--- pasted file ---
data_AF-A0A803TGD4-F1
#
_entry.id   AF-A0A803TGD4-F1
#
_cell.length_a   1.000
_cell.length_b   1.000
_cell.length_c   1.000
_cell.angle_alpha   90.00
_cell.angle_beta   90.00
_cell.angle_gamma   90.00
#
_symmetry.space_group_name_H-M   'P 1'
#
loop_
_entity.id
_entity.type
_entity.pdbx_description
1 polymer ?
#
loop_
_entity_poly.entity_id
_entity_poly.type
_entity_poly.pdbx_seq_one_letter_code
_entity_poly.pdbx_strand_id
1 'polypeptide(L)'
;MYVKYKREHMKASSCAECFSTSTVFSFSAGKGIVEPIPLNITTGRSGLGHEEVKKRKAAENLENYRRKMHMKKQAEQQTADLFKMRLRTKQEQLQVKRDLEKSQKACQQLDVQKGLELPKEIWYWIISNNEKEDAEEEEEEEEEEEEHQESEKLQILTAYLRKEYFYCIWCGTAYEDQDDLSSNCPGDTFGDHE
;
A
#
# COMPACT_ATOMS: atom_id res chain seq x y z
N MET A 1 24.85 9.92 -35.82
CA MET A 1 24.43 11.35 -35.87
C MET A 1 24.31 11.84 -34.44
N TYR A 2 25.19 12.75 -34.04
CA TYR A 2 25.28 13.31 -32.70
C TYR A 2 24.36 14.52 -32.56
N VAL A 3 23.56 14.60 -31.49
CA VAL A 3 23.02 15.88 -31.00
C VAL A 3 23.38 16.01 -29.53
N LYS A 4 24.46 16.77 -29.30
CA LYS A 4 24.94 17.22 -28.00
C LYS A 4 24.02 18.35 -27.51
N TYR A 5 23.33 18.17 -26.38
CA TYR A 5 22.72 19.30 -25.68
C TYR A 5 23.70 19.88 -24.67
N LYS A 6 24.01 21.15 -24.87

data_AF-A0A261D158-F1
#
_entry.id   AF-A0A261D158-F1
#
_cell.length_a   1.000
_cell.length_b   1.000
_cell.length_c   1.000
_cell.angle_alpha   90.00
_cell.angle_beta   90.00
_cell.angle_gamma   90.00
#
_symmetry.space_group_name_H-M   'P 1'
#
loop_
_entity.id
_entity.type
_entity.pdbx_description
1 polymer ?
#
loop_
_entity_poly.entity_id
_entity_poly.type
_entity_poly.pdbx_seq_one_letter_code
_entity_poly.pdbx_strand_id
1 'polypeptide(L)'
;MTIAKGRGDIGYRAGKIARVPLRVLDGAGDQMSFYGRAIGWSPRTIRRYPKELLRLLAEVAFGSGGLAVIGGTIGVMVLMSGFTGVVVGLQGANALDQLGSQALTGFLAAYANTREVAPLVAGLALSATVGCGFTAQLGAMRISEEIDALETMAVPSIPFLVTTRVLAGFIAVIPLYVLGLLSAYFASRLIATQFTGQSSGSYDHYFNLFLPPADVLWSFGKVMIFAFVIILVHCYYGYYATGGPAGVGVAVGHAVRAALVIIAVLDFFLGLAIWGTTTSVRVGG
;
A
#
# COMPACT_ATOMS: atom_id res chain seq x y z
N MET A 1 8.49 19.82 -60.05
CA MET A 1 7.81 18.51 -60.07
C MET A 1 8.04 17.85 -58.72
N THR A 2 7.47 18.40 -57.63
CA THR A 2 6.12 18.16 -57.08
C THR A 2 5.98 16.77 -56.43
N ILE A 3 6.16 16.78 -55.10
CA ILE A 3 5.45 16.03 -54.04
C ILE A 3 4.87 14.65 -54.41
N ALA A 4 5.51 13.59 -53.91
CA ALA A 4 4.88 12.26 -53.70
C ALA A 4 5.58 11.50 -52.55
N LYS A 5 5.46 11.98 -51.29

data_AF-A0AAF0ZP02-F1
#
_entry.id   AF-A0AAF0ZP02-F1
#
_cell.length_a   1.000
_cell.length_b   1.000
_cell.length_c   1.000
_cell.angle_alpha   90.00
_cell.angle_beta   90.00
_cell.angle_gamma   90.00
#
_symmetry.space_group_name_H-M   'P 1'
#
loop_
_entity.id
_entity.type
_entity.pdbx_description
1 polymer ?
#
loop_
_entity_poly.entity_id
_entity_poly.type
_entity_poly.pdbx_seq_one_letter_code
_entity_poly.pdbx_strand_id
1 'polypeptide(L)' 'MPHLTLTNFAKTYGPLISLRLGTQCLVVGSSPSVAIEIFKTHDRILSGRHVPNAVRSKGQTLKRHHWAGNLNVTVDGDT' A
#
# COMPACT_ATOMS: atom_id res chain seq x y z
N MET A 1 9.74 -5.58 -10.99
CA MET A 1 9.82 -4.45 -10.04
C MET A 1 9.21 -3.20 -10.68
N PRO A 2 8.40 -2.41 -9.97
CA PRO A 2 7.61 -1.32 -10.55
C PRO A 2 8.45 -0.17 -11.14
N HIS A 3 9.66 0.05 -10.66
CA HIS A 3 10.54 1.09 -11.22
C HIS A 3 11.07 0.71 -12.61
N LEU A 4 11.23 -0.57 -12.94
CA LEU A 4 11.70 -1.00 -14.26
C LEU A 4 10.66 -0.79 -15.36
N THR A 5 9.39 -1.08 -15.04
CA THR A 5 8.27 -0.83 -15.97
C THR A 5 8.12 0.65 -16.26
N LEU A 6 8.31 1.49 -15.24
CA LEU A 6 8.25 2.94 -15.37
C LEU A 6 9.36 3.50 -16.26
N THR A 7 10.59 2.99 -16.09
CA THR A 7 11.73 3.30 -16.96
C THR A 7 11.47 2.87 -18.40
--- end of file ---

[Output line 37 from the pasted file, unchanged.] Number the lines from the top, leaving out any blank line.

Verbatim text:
N VAL A 3 23.56 14.60 -31.49